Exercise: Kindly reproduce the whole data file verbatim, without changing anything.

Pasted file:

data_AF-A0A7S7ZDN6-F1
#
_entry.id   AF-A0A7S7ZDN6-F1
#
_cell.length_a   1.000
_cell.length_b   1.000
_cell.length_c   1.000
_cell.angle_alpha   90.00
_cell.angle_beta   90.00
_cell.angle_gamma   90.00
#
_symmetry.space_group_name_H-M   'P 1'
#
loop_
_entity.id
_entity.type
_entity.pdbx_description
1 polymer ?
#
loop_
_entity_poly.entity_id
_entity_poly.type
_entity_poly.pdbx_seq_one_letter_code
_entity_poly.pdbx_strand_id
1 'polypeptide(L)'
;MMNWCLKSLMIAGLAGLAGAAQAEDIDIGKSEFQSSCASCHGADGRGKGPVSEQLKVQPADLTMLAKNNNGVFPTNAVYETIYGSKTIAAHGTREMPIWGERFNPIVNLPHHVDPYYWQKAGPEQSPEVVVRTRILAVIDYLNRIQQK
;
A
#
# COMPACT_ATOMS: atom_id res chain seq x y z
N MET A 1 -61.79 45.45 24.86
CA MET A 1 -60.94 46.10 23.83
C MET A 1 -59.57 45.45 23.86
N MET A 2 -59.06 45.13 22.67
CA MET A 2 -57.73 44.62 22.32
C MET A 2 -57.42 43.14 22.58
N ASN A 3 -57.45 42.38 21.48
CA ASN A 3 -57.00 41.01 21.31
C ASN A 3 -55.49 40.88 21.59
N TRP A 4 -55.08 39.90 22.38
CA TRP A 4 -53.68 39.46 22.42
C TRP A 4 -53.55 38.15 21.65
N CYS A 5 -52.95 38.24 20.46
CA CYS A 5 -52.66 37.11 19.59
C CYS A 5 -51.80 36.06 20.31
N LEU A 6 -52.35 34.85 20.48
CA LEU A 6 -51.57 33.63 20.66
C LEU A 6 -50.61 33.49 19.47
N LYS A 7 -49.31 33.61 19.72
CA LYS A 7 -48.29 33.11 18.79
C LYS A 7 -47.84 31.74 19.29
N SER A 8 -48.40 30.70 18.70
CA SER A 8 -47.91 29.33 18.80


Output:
data_AF-A0A7S7ZDN6-F1
#
_entry.id   AF-A0A7S7ZDN6-F1
#
_cell.length_a   1.000
_cell.length_b   1.000
_cell.length_c   1.000
_cell.angle_alpha   90.00
_cell.angle_beta   90.00
_cell.angle_gamma   90.00
#
_symmetry.space_group_name_H-M   'P 1'
#
loop_
_entity.id
_entity.type
_entity.pdbx_description
1 polymer ?
#
loop_
_entity_poly.entity_id
_entity_poly.type
_entity_poly.pdbx_seq_one_letter_code
_entity_poly.pdbx_strand_id
1 'polypeptide(L)'
;MMNWCLKSLMIAGLAGLAGAAQAEDIDIGKSEFQSSCASCHGADGRGKGPVSEQLKVQPADLTMLAKNNNGVFPTNAVYETIYGSKTIAAHGTREMPIWGERFNPIVNLPHHVDPYYWQKAGPEQSPEVVVRTRILAVIDYLNRIQQK
;
A
#
# COMPACT_ATOMS: atom_id res chain seq x y z
N MET A 1 -61.79 45.45 24.86
CA MET A 1 -60.94 46.10 23.83
C MET A 1 -59.57 45.45 23.86
N MET A 2 -59.06 45.13 22.67
CA MET A 2 -57.73 44.62 22.32
C MET A 2 -57.42 43.14 22.58
N ASN A 3 -57.45 42.38 21.48
CA ASN A 3 -57.00 41.01 21.31
C ASN A 3 -55.49 40.88 21.59
N TRP A 4 -55.08 39.90 22.38
CA TRP A 4 -53.68 39.46 22.42
C TRP A 4 -53.55 38.15 21.65
N CYS A 5 -52.95 38.24 20.46
CA CYS A 5 -52.66 37.11 19.59
C CYS A 5 -51.80 36.06 20.31
N LEU A 6 -52.35 34.85 20.48
CA LEU A 6 -51.57 33.63 20.66
C LEU A 6 -50.61 33.49 19.47
N LYS A 7 -49.31 33.61 19.72
CA LYS A 7 -48.29 33.11 18.79
C LYS A 7 -47.84 31.74 19.29
N SER A 8 -48.40 30.70 18.70
CA SER A 8 -47.91 29.33 18.80